Recently a practical and non-invasive method for transiently opening the mammalian BBB has been identified: low intensity focused ultrasound (FUS). The targeted application of ultrasonic pressure waves, at intensities lower than those used to ablate tissue, can reversibly disrupt brain capillary endothelial cell tight junctions for hours, permitting therapeutic drugs or nanoparticles to pass from the circulation to a desired region of brain tissue [4, 5]. The safety of low intensity FUS has been supported by animal studies, and clinical trials are underway [6]. While low intensity FUS has primarily been considered in therapeutic contexts, its ability to open the BBB might increase brain tissue biomarker levels in plasma and thus aid the blood-based diagnosis of brain disorders.

We performed a clinical study to seek preliminary evidence supporting this line of thought, specifically asking whether the BBB breakdown invariably associated with acute ischemic stroke [7] was associated with increased plasma levels of the classic inflammatory biomarkers interleukin-6 (IL-6) and C-reactive protein (CRP) in patients carrying a clinical diagnosis of dementia. IL-6 associates with its receptor, IL-6R and glycoprotein 130 to activate both classic and trans-signaling, enhancing inflammation and contributing to the pathogenesis of multiple diseases of the body and brain [8]. IL-6 and other proinflammatory cytokines elevate the expression and secretion of the pentraxin acute-phase protein, CRP, a component of the soluble innate immune system [9].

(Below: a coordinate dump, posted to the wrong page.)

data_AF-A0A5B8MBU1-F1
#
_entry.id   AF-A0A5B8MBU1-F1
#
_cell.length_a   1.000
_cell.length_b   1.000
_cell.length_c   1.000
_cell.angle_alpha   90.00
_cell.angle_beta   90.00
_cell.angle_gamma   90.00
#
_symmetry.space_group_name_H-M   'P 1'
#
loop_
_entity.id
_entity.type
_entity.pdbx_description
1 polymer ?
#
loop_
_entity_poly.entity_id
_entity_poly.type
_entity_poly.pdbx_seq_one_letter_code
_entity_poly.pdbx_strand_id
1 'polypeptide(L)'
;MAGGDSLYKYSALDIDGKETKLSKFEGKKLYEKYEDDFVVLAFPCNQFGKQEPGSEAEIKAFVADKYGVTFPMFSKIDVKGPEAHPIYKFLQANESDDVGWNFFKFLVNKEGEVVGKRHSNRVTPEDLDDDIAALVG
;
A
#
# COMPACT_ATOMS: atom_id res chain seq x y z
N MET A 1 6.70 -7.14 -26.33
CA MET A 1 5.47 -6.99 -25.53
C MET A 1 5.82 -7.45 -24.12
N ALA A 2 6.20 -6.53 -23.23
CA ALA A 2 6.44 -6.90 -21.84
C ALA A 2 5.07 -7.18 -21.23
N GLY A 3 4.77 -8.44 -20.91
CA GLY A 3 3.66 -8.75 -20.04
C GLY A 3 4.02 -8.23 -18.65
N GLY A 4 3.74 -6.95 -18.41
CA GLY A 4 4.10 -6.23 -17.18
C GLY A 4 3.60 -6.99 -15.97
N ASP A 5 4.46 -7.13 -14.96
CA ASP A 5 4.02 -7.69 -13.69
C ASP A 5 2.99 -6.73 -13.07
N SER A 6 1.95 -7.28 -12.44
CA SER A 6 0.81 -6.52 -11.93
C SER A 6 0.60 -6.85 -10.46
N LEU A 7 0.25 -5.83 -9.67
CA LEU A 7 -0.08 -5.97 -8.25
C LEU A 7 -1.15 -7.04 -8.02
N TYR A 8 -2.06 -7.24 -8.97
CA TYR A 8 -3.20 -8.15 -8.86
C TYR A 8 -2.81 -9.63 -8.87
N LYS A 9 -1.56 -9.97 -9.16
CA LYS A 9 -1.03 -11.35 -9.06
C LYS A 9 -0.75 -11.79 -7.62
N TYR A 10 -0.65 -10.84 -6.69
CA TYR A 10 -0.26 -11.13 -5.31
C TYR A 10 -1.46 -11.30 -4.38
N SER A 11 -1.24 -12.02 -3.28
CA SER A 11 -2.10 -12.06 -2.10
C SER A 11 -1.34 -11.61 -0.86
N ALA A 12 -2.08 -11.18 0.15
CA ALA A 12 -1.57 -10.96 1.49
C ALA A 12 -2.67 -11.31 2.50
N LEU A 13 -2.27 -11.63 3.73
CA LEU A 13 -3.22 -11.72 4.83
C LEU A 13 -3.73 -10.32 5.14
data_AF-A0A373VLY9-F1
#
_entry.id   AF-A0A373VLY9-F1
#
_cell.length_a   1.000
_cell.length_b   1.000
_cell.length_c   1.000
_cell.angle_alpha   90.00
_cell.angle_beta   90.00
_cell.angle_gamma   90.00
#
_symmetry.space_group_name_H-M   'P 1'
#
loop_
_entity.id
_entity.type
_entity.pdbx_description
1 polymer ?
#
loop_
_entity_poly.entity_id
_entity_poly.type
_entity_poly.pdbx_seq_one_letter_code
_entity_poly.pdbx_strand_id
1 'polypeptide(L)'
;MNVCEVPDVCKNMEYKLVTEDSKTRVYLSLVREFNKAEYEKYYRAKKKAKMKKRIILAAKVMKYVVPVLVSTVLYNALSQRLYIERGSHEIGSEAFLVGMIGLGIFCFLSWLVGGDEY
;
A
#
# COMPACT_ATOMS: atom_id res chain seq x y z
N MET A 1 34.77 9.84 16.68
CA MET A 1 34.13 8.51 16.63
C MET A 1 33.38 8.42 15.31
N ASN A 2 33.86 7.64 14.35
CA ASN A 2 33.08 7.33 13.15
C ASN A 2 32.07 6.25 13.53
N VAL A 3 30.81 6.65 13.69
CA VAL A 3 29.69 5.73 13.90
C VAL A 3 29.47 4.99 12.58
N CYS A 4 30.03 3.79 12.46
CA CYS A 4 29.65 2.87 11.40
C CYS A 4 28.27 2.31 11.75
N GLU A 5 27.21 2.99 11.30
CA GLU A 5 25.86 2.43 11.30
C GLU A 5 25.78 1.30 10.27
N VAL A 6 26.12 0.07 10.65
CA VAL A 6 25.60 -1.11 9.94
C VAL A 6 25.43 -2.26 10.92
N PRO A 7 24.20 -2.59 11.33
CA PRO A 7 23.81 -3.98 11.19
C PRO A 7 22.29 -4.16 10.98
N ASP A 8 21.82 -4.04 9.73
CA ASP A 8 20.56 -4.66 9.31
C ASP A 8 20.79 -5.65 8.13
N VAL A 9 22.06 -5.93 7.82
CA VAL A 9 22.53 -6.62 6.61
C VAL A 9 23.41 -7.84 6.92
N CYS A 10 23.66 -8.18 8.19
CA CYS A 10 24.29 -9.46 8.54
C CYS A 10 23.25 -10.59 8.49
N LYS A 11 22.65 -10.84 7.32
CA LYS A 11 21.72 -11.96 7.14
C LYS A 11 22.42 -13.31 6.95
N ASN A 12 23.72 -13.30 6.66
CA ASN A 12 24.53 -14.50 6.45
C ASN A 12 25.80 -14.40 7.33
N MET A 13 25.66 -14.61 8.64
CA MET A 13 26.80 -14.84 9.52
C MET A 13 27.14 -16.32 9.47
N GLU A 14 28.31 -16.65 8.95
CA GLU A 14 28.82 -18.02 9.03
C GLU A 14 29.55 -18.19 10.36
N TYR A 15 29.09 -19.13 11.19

Chronic neuroinflammation is a core feature of many neurodegenerative diseases [10], including specifically AD [11]. Central nervous system IL-6 is upregulated in AD brain tissue [12] and has been implicated in modifying the pathogenesis of AD, Parkinson’s disease, and Huntington’s disease [13, 14]. Similarly, CRP mRNA expression is upregulated in AD brain to an extent rivaling that of liver expression [15], and CRP protein is associated with AD plaques and tangles [16]. However, despite broad evidence for upregulation of these brain inflammation markers in AD and other neurodegenerative dementias, a recent large meta-analysis of available studies concluded that ordinary peripheral blood levels of IL-6 and CRP in elderly patients with AD did not differ from that of controls [17].

Methods